Tuesday, August 27, 2013
I can‘t believe it‘s the tail end of the summer already.
Every year, the summer seems to stretch out endlessly before me, and then suddenly it's Labor Day and fall is fast approaching. So I'm trying to enjoy the temperate weather and continue with the outside summer work as long as possible. l'm continuing to dry both flowers and culinary herbs-annual statice in several colors, strawflowers, two varieties of oregano grown for their flowers, rather than their foliage, and clover-like globe amaranth on the flower side. Culinary herbs include scented geraniums, mints, basils, thyme, savory and rosemary. In September, I decrease the amount I harvest from woody-stemmed herbs like thyme and sage. Don't cut back too far on their woody stems and allow plenty of foliage on the plant to provide protection for the crown of the plant as it goes into winter. My outside rosemary is on its third season (survived two fairly mild winters) and is big and vigorous so I'll continue to harvest stems from that as it's got plenty to spare.
We hosted a very nice group of ladies from the Conestoga Herb Guild recently. Luckily, it was a beautiful evening after a big rain day. We toured the gardens and they seemed quite interested in all the plants. Everyone was so complimentary about the gardens and l was glad everything was looking good, thanks to the good weather and a busy week outside. August can be a dull time in the garden, but we had quite a lot of blooming still and of course, the herb foliage looks good all the time.
They served delicious refreshments in the greenhouse and held their meeting outside. Many of the ladies had not been here before, so it was a chance to show what we offer.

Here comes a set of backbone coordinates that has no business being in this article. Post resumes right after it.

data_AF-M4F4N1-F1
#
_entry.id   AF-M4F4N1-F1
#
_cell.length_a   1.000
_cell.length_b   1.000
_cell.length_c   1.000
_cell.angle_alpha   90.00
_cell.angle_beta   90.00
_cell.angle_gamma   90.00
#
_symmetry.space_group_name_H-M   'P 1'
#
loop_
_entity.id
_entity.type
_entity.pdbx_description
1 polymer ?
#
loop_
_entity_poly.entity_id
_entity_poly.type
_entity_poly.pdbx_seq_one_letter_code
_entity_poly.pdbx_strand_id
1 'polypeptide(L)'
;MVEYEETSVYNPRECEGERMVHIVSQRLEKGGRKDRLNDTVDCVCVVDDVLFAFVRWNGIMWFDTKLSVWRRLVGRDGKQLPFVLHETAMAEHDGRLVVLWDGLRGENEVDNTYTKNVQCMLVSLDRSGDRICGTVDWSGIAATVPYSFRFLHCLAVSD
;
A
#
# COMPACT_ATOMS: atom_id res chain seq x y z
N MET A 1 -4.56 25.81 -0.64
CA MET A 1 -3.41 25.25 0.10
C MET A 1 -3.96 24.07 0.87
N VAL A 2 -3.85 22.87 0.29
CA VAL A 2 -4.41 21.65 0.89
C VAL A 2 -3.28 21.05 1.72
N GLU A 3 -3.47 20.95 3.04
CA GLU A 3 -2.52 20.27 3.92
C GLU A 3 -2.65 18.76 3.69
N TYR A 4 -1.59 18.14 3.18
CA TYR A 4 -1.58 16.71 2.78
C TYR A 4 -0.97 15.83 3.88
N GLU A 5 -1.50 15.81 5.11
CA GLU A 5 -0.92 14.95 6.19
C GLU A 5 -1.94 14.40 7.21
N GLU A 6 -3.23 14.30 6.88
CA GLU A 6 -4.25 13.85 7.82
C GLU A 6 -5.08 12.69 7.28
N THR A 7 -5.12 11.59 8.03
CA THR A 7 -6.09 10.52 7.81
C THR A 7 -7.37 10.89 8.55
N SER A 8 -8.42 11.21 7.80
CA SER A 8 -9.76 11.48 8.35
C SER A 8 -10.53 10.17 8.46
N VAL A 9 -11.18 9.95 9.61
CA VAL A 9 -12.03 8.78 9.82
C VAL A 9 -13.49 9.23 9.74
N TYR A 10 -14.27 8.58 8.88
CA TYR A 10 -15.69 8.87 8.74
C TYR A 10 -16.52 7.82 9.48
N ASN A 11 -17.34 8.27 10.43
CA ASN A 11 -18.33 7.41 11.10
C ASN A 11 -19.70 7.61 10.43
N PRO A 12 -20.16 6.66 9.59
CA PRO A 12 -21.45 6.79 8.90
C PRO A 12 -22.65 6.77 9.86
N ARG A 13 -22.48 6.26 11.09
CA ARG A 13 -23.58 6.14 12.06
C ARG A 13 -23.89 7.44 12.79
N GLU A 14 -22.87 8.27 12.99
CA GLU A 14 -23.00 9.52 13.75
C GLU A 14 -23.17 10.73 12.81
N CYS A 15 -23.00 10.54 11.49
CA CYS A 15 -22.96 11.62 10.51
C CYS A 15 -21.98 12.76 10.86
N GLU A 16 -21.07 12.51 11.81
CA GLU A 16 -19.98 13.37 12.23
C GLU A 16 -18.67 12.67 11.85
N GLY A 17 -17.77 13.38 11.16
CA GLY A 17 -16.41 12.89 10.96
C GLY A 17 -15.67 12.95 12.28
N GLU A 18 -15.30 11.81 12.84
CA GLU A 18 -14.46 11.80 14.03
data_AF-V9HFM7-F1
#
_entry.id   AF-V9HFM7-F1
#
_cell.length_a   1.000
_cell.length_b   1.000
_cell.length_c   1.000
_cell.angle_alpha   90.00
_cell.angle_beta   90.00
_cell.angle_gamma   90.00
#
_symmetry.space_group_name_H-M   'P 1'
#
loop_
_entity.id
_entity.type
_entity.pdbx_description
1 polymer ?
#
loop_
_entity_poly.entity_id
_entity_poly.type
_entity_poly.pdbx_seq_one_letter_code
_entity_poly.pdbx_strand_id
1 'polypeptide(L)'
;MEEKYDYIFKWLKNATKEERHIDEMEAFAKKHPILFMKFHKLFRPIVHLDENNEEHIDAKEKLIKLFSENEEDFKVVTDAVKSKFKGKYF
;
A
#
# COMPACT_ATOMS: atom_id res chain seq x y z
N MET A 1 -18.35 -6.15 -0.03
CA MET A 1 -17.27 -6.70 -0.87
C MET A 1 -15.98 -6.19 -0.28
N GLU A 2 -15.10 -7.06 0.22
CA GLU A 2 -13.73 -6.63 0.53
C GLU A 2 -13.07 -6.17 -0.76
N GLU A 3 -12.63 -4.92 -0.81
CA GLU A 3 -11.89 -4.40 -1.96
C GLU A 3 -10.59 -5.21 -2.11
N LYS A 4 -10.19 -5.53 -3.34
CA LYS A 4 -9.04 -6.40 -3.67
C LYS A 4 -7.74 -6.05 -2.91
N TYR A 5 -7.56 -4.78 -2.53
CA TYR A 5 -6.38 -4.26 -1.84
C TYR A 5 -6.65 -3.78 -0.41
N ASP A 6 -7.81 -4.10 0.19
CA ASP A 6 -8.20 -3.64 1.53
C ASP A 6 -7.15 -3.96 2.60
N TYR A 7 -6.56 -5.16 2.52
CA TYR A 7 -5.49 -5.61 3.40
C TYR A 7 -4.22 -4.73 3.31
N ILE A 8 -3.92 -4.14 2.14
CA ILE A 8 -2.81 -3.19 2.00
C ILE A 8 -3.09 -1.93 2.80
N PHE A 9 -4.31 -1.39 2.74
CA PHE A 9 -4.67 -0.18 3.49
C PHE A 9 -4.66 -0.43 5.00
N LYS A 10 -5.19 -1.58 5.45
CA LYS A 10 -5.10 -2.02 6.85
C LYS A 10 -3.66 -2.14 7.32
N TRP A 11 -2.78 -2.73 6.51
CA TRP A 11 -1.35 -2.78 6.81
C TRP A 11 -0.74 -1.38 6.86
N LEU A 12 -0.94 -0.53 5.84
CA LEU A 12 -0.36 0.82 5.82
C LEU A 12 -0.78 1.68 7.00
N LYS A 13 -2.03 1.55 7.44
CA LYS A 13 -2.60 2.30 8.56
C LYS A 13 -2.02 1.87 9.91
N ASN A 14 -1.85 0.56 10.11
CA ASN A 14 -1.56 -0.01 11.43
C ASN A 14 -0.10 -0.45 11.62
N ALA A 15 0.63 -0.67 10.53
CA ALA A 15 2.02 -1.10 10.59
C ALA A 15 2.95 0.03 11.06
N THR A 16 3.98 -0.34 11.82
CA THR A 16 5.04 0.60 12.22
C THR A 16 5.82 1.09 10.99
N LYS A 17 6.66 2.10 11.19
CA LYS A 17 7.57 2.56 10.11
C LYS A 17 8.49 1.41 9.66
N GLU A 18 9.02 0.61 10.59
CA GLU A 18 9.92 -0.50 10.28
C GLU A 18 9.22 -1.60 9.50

After the ladies were here, we cut back the thyme walk. We cut it back hard-dead flowers and the dead foliage that develops underneath -- a lot is just stubs now. We do it in the spring and before fall. Cutting off the old encourages the new growth to come out. If any don't fill in, we‘1l replace them.
I have noticed that herb groups like to oooh and they make and enjoy good food. You always eat well at an herb group’s meeting.
Two upcoming events to mention:
Conestoga Herb Guild will hold their Herb Fest on September 14 from 9am to 2pm at the Boettcher House off Rt. 501.
The Roots and Wings Fall Fest will take place Saturday, October 19 in Warwick County Park in Chester Co. You can choose 4 classes from about a dozen choices. For more info and to preregister, visit Roots & Wings
I read something in the paper that really surprised me. A master gardener at Landisville during the trial gardens open house said that native plants are the only ones that provide sustenance for wildlife. I thought, I'll have to go out and shoo the birds away from the crabapples and viburnum and hawthorn berries, because none of them are native and the birds certainly enjoy stripping them bare. I've also had people tell me that every plant that isn't native is invasive. That's just silly. There are some plants, like heaths and heathers that have extremely precise requirements for growing well. Not only would they never be invasive here, you‘d be lucky to get them to grow at all. And what about all the culinary herbs? Most are not native, and are definitely not invasive. The only herb you'd consider invasive is mint, and that's because of its growing habit, not its nativity. Mint would be invasive where it is native, too. Don't get me wrong-I think native plants are great. They’re adapted to our climate, many do provide food for wildlife and they're pretty tough plants. But you can make the case for natives without saying things that aren‘t true.
Posted by Maryanne at 7:57 AM